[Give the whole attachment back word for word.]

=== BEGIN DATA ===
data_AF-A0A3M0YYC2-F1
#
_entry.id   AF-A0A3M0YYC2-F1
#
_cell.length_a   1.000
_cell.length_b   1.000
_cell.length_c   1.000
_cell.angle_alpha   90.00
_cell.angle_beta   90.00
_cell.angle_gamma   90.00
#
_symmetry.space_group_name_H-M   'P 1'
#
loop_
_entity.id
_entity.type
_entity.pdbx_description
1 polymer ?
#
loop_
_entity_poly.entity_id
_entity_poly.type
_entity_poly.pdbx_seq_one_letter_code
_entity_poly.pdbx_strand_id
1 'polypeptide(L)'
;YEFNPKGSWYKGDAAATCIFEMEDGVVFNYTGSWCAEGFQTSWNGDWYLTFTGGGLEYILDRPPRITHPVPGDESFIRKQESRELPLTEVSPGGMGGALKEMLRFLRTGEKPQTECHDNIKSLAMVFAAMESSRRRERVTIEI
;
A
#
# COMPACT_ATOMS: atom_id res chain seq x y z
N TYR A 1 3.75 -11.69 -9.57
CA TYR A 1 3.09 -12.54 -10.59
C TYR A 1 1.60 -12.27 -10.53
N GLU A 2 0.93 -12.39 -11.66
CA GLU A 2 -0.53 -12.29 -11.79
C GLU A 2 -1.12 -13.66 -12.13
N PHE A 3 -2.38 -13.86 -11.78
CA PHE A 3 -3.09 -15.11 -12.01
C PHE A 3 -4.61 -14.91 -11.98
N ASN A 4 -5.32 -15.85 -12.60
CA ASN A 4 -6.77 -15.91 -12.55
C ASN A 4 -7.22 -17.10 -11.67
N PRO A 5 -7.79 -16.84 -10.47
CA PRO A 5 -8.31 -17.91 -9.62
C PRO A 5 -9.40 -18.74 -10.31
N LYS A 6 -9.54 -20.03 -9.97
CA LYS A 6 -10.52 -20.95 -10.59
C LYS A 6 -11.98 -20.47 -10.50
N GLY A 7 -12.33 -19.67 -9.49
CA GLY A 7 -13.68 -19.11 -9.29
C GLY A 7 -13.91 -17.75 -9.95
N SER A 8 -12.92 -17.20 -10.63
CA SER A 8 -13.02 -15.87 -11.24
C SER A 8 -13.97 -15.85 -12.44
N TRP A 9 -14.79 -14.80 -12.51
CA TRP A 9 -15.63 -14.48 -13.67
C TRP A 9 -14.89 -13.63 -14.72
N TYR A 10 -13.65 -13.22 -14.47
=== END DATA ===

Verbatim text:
data_AF-A0A3M0YYC2-F1
#
_entry.id   AF-A0A3M0YYC2-F1
#
_cell.length_a   1.000
_cell.length_b   1.000
_cell.length_c   1.000
_cell.angle_alpha   90.00
_cell.angle_beta   90.00
_cell.angle_gamma   90.00
#
_symmetry.space_group_name_H-M   'P 1'
#
loop_
_entity.id
_entity.type
_entity.pdbx_description
1 polymer ?
#
loop_
_entity_poly.entity_id
_entity_poly.type
_entity_poly.pdbx_seq_one_letter_code
_entity_poly.pdbx_strand_id
1 'polypeptide(L)'
;YEFNPKGSWYKGDAAATCIFEMEDGVVFNYTGSWCAEGFQTSWNGDWYLTFTGGGLEYILDRPPRITHPVPGDESFIRKQESRELPLTEVSPGGMGGALKEMLRFLRTGEKPQTECHDNIKSLAMVFAAMESSRRRERVTIEI
;
A
#
# COMPACT_ATOMS: atom_id res chain seq x y z
N TYR A 1 3.75 -11.69 -9.57
CA TYR A 1 3.09 -12.54 -10.59
C TYR A 1 1.60 -12.27 -10.53
N GLU A 2 0.93 -12.39 -11.66
CA GLU A 2 -0.53 -12.29 -11.79
C GLU A 2 -1.12 -13.66 -12.13
N PHE A 3 -2.38 -13.86 -11.78
CA PHE A 3 -3.09 -15.11 -12.01
C PHE A 3 -4.61 -14.91 -11.98
N ASN A 4 -5.32 -15.85 -12.60
CA ASN A 4 -6.77 -15.91 -12.55
C ASN A 4 -7.22 -17.10 -11.67
N PRO A 5 -7.79 -16.84 -10.47
CA PRO A 5 -8.31 -17.91 -9.62
C PRO A 5 -9.40 -18.74 -10.31
N LYS A 6 -9.54 -20.03 -9.97
CA LYS A 6 -10.52 -20.95 -10.59
C LYS A 6 -11.98 -20.47 -10.50
N GLY A 7 -12.33 -19.67 -9.49
CA GLY A 7 -13.68 -19.11 -9.29
C GLY A 7 -13.91 -17.75 -9.95
N SER A 8 -12.92 -17.20 -10.63
CA SER A 8 -13.02 -15.87 -11.24
C SER A 8 -13.97 -15.85 -12.44
N TRP A 9 -14.79 -14.80 -12.51
CA TRP A 9 -15.63 -14.48 -13.67
C TRP A 9 -14.89 -13.63 -14.72
N TYR A 10 -13.65 -13.22 -14.47